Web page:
|Posted on Monday, July 10, 2006 - 10:28 am: ||
"Got oil dripping out of your crankcase breather(s)?
1. Ensure engine oil level is between full and low marks on dipstick (check hot engine with bike straight and level, insert dip stick fully)."
Has anyone ever discussed this statement about the oil level in the remote reservoir having a direct influence on oil puking?
I have trouble visualizing why the oil level in the reservoir has anything to do with oil being pumped into the crankcase breathers.
My reason is that it would appear the dry sump engine would be blind to whatever the level is in the remote reservoir. All the engine "knows" is that the oil pump is supplying pressurized oil to the filter and then throughout the engine. The oil pump is blind to how much oil (as long as there is some) is in the remote reservoir as long as gravity keeps it flowing down the feed hose.
I know that there would be a slight difference in head pressure in the feed hose to the pump when the oil is really full in the reservoir and when it is really low, but the pump would continue to supply the same pressure regardless.
So, why would the above statement apply to our engines?
For the record, my S2 oil tank has never blown the cap off regardless of how full I have filled it...and sometimes I fill it up past the top ring on the dipstick when I go on a long trip. The triangular tank design leaves plenty of expansion room at the top...vastly superior to the oil bladder design that followed on the S3, S2, M2, X1.
|Posted on Monday, July 30, 2007 - 09:12 pm: ||
I, too, would like to know what difference the oil level makes. I never had any puking problems with several evo Sportys, but my 1999 S3T pukes all the time even with XB rocker covers.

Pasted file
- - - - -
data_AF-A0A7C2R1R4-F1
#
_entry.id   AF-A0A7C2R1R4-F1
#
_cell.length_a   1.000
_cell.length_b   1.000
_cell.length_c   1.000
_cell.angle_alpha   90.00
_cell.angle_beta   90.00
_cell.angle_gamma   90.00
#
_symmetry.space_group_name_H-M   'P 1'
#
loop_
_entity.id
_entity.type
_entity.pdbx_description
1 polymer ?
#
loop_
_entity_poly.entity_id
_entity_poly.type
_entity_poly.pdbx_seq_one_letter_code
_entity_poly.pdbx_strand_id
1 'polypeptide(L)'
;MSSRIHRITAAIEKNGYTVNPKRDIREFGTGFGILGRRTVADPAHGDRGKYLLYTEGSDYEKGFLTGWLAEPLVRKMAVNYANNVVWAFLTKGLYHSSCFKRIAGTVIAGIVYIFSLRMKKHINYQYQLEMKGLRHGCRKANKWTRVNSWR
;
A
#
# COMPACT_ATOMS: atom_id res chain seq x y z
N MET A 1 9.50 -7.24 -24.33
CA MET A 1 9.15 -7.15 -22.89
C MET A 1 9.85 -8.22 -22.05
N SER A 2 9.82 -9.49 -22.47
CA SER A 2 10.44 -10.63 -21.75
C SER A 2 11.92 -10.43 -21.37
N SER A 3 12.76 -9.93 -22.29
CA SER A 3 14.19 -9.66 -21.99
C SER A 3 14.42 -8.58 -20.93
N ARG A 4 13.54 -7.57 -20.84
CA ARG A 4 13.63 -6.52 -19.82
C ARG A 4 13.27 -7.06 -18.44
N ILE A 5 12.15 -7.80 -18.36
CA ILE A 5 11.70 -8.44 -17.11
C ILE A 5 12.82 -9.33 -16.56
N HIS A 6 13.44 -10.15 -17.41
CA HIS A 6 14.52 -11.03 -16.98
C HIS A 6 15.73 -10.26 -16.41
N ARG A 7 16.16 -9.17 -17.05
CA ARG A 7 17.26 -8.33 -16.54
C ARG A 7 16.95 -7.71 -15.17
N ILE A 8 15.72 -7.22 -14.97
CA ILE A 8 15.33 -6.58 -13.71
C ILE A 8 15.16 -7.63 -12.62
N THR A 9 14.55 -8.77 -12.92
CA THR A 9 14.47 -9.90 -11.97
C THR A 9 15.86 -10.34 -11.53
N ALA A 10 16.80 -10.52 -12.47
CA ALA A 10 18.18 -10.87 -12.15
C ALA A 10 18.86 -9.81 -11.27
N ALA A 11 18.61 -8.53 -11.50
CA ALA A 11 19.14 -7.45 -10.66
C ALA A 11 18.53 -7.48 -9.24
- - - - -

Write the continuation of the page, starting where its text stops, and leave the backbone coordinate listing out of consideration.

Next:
|Posted on Wednesday, August 01, 2007 - 10:16 am: ||
"The triangular tank design leaves plenty of expansion room at the top...vastly superior to the oil bladder design that followed on the S3, S2, M2, X1."
I'm going to throw some stuff on the table here... some of it's conjecture and assumption, but it's all based on the evidence from my particular Buell (2000 M2) and logic.
This is my first drysump bike, so here is the conjecture: dry sump oil pumps scavenge oil from a collection point in the engine and sends it to a separate tank to be fed back into the pump, through the filter, etc. So there must be two functions for a drysump pump, one that scavenges the oil and one that pumps the stuff through.
Here is the assumption: I noticed the scavenged oil is aerated pretty good when it spurts back to the oil bag. The scavenging pump must be whipping that oil pretty good when it pumps it from the cam case to the bag. I think the height of the oil bag is exacerbating this phenomena by having just a little more head (pressure) for the scavenging pump to handle without further whipping the oil into a froth. I think this frothed up oil eventually gets into the bag vent line for the very reason you pointed out why the aluminum tank is better than the oil bag: it has plenty of room for areated oil to settle in before it has a chance to be vented.
Why this assumption? It looks to me like the oil tanks on Sportsters are a lot larger (and lower?) than oil bags on Buells. They don't seem to have as much of a problem as we do, but they notice the same phenoma when they overfill their oil tanks. Also... I noticed a drastic difference in the oil consumption and spooge production on my bike when I lowered the oil bag to just the bottom of the dip stick and ran a larger filter to keep the oil capacity about the same. I think it just creates enough room for the aerated oil to settle before it get blown out of the vent tube, back into the system.
Purely hypothetical... and merely an opinion, but the logic is there (somewhere).